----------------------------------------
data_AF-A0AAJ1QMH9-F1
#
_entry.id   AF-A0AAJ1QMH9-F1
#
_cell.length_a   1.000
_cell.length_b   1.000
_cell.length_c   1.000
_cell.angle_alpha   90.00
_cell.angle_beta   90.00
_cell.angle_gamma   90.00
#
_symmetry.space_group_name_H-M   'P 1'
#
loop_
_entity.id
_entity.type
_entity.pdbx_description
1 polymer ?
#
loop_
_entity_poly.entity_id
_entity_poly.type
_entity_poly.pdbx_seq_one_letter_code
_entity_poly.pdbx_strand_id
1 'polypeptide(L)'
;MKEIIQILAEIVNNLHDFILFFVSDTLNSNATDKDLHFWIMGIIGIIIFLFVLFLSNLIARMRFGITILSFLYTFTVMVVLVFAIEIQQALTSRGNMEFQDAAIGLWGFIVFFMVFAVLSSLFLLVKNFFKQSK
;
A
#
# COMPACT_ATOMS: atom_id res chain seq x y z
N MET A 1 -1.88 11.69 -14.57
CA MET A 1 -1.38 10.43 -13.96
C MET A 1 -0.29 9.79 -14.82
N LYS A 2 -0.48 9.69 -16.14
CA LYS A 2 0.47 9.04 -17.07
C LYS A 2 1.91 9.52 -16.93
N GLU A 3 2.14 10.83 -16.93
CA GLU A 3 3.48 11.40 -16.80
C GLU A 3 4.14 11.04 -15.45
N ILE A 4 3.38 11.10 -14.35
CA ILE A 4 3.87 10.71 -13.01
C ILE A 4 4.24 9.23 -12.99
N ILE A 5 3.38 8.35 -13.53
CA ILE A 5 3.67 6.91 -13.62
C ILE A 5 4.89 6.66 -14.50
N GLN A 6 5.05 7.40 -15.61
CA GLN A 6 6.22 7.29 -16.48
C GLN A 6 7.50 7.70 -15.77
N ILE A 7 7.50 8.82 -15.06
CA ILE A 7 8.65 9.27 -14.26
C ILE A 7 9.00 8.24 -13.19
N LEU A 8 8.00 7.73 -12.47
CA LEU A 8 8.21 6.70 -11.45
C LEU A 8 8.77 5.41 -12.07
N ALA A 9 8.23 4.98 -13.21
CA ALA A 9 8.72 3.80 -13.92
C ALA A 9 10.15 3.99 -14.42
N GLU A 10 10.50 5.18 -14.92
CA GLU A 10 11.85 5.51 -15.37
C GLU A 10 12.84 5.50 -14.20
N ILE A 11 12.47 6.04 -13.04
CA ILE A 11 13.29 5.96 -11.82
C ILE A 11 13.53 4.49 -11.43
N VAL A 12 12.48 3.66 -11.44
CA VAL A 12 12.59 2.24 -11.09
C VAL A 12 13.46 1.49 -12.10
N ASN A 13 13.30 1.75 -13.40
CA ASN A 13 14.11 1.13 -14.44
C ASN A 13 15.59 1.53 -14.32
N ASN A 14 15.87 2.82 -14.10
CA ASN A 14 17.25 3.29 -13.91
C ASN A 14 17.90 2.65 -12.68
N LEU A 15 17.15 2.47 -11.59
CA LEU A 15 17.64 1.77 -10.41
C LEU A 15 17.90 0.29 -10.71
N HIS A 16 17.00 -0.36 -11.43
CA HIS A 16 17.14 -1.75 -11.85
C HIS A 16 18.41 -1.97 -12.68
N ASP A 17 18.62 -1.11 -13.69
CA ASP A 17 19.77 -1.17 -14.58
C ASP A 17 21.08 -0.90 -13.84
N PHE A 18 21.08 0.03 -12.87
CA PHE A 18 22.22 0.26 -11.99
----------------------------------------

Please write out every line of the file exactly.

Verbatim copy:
data_AF-A0AAJ1QMH9-F1
#
_entry.id   AF-A0AAJ1QMH9-F1
#
_cell.length_a   1.000
_cell.length_b   1.000
_cell.length_c   1.000
_cell.angle_alpha   90.00
_cell.angle_beta   90.00
_cell.angle_gamma   90.00
#
_symmetry.space_group_name_H-M   'P 1'
#
loop_
_entity.id
_entity.type
_entity.pdbx_description
1 polymer ?
#
loop_
_entity_poly.entity_id
_entity_poly.type
_entity_poly.pdbx_seq_one_letter_code
_entity_poly.pdbx_strand_id
1 'polypeptide(L)'
;MKEIIQILAEIVNNLHDFILFFVSDTLNSNATDKDLHFWIMGIIGIIIFLFVLFLSNLIARMRFGITILSFLYTFTVMVVLVFAIEIQQALTSRGNMEFQDAAIGLWGFIVFFMVFAVLSSLFLLVKNFFKQSK
;
A
#
# COMPACT_ATOMS: atom_id res chain seq x y z
N MET A 1 -1.88 11.69 -14.57
CA MET A 1 -1.38 10.43 -13.96
C MET A 1 -0.29 9.79 -14.82
N LYS A 2 -0.48 9.69 -16.14
CA LYS A 2 0.47 9.04 -17.07
C LYS A 2 1.91 9.52 -16.93
N GLU A 3 2.14 10.83 -16.93
CA GLU A 3 3.48 11.40 -16.80
C GLU A 3 4.14 11.04 -15.45
N ILE A 4 3.38 11.10 -14.35
CA ILE A 4 3.87 10.71 -13.01
C ILE A 4 4.24 9.23 -12.99
N ILE A 5 3.38 8.35 -13.53
CA ILE A 5 3.67 6.91 -13.62
C ILE A 5 4.89 6.66 -14.50
N GLN A 6 5.05 7.40 -15.61
CA GLN A 6 6.22 7.29 -16.48
C GLN A 6 7.50 7.70 -15.77
N ILE A 7 7.50 8.82 -15.06
CA ILE A 7 8.65 9.27 -14.26
C ILE A 7 9.00 8.24 -13.19
N LEU A 8 8.00 7.73 -12.47
CA LEU A 8 8.21 6.70 -11.45
C LEU A 8 8.77 5.41 -12.07
N ALA A 9 8.23 4.98 -13.21
CA ALA A 9 8.72 3.80 -13.92
C ALA A 9 10.15 3.99 -14.42
N GLU A 10 10.50 5.18 -14.92
CA GLU A 10 11.85 5.51 -15.37
C GLU A 10 12.84 5.50 -14.20
N ILE A 11 12.47 6.04 -13.04
CA ILE A 11 13.29 5.96 -11.82
C ILE A 11 13.53 4.49 -11.43
N VAL A 12 12.48 3.66 -11.44
CA VAL A 12 12.59 2.24 -11.09
C VAL A 12 13.46 1.49 -12.10
N ASN A 13 13.30 1.75 -13.40
CA ASN A 13 14.11 1.13 -14.44
C ASN A 13 15.59 1.53 -14.32
N ASN A 14 15.87 2.82 -14.10
CA ASN A 14 17.25 3.29 -13.91
C ASN A 14 17.90 2.65 -12.68
N LEU A 15 17.15 2.47 -11.59
CA LEU A 15 17.64 1.77 -10.41
C LEU A 15 17.90 0.29 -10.71
N HIS A 16 17.00 -0.36 -11.43
CA HIS A 16 17.14 -1.75 -11.85
C HIS A 16 18.41 -1.97 -12.68
N ASP A 17 18.62 -1.11 -13.69
CA ASP A 17 19.77 -1.17 -14.58
C ASP A 17 21.08 -0.90 -13.84
N PHE A 18 21.08 0.03 -12.87
CA PHE A 18 22.22 0.26 -11.99